The Rooker-Feldman doctrine provides that federal courts, other than the United States Supreme Court, lack jurisdiction to adjudicate claims seeking review of state court judgments. See District of Columbia Court of Appeals v. Feldman, 460 U.S. 462, 486 (1983); Rooker v. Fidelity Trust Co., 263 U.S. 413, 415-16 (1923). The Rooker-Feldman doctrine precludes “cases brought by state-court losers complaining of injuries caused by state-court judgments rendered before the district court proceedings commenced and inviting district court review and rejection of those judgments.” Exxon Mobil Corp. v. Saudi Basic Indus. Corp., 544 U.S. 280, 284 (2005); see also Johnson v. De Grandy, 512 U.S. 997, 1005-06 (1994) (stating that the losing party in a state court proceeding is generally “barred from seeking what in substance would be appellate review of the state court judgment in a United States district court, based on the losing party’s claim that the state judgment itself violates the loser’s federal rights”). Review of the state court judgment must proceed to the state’s highest court and then to the United States Supreme Court pursuant to 28 U.S.C. § 1257. See Facio v. Jones, 929 F.2d 541, 543 (10th Cir. 1991).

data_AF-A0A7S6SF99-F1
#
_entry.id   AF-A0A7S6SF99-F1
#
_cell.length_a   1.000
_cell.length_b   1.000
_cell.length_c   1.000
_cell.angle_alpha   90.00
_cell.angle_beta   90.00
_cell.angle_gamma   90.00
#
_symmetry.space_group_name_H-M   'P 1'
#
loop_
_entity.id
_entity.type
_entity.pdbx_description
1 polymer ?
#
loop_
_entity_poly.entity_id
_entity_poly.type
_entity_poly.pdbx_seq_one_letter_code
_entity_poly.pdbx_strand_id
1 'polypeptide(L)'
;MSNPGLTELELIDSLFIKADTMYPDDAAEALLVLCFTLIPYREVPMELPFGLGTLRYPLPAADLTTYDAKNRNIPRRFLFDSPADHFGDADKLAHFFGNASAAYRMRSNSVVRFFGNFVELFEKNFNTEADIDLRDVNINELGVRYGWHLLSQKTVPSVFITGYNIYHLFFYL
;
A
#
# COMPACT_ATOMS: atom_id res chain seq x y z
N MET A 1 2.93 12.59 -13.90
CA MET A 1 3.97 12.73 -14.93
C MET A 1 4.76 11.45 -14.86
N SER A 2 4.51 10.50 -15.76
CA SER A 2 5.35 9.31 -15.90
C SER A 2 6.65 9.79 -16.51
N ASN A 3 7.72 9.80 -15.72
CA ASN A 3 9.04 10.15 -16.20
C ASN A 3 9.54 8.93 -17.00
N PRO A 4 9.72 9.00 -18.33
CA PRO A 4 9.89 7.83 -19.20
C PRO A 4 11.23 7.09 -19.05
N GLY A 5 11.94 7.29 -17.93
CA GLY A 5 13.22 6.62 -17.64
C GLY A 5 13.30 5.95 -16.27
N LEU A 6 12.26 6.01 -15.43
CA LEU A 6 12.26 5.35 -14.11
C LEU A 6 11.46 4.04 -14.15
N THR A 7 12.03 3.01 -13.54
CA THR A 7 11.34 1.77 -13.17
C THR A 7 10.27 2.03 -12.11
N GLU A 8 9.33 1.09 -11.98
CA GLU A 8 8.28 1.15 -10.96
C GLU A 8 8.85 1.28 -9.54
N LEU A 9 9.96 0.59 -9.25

The Rooker-Feldman doctrine bars not only cases seeking direct review of state court judgments; it also bars cases that are “inextricably intertwined” with a prior state court judgment. See Feldman, 460 U.S. at 482 n.16. “To determine whether a federal plaintiff’s claim is inextricably intertwined with a state court judgment, [the Court] must pay close attention to the relief the plaintiff seeks.” Crutchfield v. Countrywide Home Loans, 389 F.3d 1144, 1147-48 (10th Cir. 2004), overruled in part on other grounds by Exxon Mobil Corp., 544 U.S. 280. “Where a plaintiff seeks a remedy that would disrupt or undo a state court judgment, the federal claim is inextricably intertwined with the state court judgment.” Crutchfield, 389 F.3d at 1148. Furthermore, the Rooker-Feldman doctrine “precludes not only review of adjudications of the state’s highest court, but also the decisions of its lower courts.” See Jordahl v. Democratic Party of Va., 122 F.3d 192, 199 (4th Cir. 1997). In addition, the Rooker-Feldman doct ...